Ed Ward is the rock-and-roll historian on NPR's Fresh Air with Terry Gross.

A co-author of Rock of Ages: The Rolling Stone History of Rock & Roll, Ward has also contributed to The New York Times, The Wall Street Journal and countless music magazines.

Ward lives in Montpellier, France. He blogs at Ward in France.

Word of Mouth
11:53 am
Thu April 26, 2012

You might not know his name, but you DEFINITELY know his voice...

(Photo by Sarah Ackerman via Flickr Creative Commons)

Here at Word of Mouth, we frequently crack wise about bizarre stories by imitating that ubiquitous announcer voice from movie and video game trailers…the one who always beginning with “In a world where…"

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North Country
11:52 am
Thu April 26, 2012

New AMC Guide Editor: Irene Did Most Trail Damage In Decades

Trails that were close to streams were most likely to be badly damaged.
White Mountain National Forest

Tropical Storm Irene’s heavy rains did more serious damage to trails in the White Mountains than any storm in decades, says one of the authors of the new 29th edition of the Appalachian Mountain Club’s White Mountain Guide.

“It was only a limited number of trails, but the ones that were damaged were damaged very badly,” said editor Steven Smith of Lincoln. “It was mainly restricted to the trails that run along streams.”

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Law
11:45 am
Thu April 26, 2012

Sybrina Fulton: 'I Can Wait A Year' For Justice

Tracy Martin and Sybrina Fulton, the parents of Trayvon Martin, walk with attorney Benjamin Crump and others as they leave the Seminole County courthouse after the bond hearing for George Zimmerman.
Roberto Gonzalez Getty Images

Days after George Zimmerman was freed on bail to await a second-degree murder trial for shooting Trayvon Martin, Sybrina Fulton, Martin's mother, says she's "willing to wait for justice to be served" in her son's case.

Speaking with Tell Me More host Michel Martin, Fulton also says that she feels like "I have a little hole in my heart. And that little hole is caused by the tragedy of Trayvon's death."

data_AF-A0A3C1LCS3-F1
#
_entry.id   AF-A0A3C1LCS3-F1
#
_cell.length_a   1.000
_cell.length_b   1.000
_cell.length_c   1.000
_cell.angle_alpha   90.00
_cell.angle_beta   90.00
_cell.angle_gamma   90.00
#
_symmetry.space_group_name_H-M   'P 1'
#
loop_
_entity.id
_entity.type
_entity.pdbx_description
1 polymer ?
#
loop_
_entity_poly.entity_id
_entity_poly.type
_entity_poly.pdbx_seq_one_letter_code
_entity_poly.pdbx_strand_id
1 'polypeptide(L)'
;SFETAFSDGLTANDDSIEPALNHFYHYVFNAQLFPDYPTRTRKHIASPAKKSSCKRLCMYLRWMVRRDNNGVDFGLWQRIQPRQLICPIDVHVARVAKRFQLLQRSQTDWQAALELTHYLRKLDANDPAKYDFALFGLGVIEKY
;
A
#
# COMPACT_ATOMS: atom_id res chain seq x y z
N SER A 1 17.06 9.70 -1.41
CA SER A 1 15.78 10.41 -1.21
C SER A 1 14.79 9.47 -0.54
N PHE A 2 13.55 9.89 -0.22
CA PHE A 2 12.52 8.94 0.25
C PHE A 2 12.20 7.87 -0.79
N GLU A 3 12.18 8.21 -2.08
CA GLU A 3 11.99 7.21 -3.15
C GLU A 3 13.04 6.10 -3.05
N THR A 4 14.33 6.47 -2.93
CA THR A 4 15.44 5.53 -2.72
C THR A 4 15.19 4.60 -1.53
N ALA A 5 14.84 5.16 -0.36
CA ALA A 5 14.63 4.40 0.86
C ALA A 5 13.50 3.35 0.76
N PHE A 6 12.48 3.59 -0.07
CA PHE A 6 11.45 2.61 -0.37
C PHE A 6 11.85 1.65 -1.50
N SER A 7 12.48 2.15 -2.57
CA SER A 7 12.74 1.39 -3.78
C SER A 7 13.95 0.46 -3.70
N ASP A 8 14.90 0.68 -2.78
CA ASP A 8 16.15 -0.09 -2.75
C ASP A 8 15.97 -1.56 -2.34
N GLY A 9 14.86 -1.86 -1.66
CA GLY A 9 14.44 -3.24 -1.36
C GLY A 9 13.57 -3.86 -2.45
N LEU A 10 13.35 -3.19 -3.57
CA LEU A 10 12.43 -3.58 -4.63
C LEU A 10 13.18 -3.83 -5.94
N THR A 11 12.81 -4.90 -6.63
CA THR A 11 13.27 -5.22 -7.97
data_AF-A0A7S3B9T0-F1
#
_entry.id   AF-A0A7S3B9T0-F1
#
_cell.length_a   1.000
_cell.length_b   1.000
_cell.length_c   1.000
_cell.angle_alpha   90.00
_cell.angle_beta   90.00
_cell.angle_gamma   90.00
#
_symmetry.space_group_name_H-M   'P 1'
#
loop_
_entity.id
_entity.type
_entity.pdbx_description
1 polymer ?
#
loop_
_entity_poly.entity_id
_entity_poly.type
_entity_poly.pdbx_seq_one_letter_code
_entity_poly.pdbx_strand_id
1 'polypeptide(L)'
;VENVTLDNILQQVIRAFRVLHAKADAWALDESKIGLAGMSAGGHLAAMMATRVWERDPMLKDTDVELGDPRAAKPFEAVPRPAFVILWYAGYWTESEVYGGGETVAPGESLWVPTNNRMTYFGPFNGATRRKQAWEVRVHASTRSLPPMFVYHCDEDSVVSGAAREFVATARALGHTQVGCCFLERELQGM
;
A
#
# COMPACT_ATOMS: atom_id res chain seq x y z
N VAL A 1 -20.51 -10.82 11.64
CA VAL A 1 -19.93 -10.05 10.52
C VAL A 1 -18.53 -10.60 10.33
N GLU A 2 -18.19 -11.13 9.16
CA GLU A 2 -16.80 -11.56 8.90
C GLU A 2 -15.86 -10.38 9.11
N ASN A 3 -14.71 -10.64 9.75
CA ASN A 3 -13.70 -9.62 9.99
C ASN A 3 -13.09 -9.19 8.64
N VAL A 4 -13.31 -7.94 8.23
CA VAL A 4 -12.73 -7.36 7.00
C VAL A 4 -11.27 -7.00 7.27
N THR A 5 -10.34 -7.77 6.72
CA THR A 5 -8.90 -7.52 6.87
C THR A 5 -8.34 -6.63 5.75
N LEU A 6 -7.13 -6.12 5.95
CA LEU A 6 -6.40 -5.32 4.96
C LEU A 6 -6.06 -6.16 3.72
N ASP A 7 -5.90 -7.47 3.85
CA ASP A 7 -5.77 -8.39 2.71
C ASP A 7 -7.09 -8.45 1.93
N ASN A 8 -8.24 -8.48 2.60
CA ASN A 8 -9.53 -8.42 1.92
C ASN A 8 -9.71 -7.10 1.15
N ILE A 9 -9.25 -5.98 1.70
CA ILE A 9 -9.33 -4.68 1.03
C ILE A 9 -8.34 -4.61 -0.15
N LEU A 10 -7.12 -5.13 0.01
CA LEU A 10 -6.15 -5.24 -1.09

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Music Reviews
11:40 am
Thu April 26, 2012

Howlin' Wolf: A Blues Legend With An Earthy Sound

Howlin' Wolf's masters from the Chess label have just been released on a four-disc set titled Smokestack Lightning: The Complete Chess Masters 1931-1960.

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The Two-Way
11:26 am
Thu April 26, 2012

VIDEO: Norwegians Stand Up To Killer's Hate By Joining In Song

People gathered in Oslo today to sing Children of the Rainbow, in a demonstration against the views of killer Anders Behring Breivik.
Kyrre Lien AFP/Getty Images

Anders Behring Breivik, who last summer killed 77 people in Norway, thinks a folk song called Children of the Rainbow is brainwashing young Norwegians.

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The Two-Way
11:09 am
Thu April 26, 2012

New Allegations Surface Of Secret Service Misbehavior In El Salvador

U.S. Secret Service

Originally published on Thu April 26, 2012 1:24 pm

Homeland Security Secretary Janet Napolitano pledged on Wednesday the investigation into Secret Service agents who allegedly hired prostitutes this month in Cartagena, Colombia, "will be complete and thorough and we will leave no stone unturned."

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Maureen Corrigan, book critic for NPR's Fresh Air, is a critic-in-residence and lecturer at Georgetown University. She is an associate editor of and contributor to Mystery and Suspense Writers (Scribner) and the winner of the 1999 Edgar Award for Criticism, presented by the Mystery Writers of America.

Corrigan served as a juror for the 2012 Pulitzer Prize in Fiction. So We Read On, her forthcoming book on the extraordinary "second act" of The Great Gatsby, will be published by Little, Brown in September 2014.

North Country
10:57 am
Thu April 26, 2012

Majority of North Country Reps Favored Medical Marijuana Bill

Nine of the fifteen North Country representatives voting on Wednesday were in favor of Senate Bill 409 which would legalize the use of marijuana for medical purposes.

Six representatives voted against the action and one was excused from voting.

Sponsors of the effort included Sen. John Gallus of Berlin as well as Representative Evalyn Merrick, a Democrat from Lancaster.

The bill already passed the Senate and now goes to Gov. Lynch.

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Book Reviews
10:57 am
Thu April 26, 2012

Lillian Hellman: A 'Difficult,' Vilified Woman

Originally published on Thu April 26, 2012 12:17 pm

"Difficult" is probably the most tactful word one could use in characterizing Lillian Hellman. If ever there were an author safer to meet through her art rather than in real life, she was the one. Born in New Orleans into a Jewish family, Hellman came of age in the Roaring '20s, liberated by flappers and Freud. Hellman drank like a fish, swore like a sailor and slept around like, well, like most of the men in her literary circle, chief among them Dashiell Hammett, with whom she had an open relationship spanning three decades. She was, recalled one observer, a "tough broad ...

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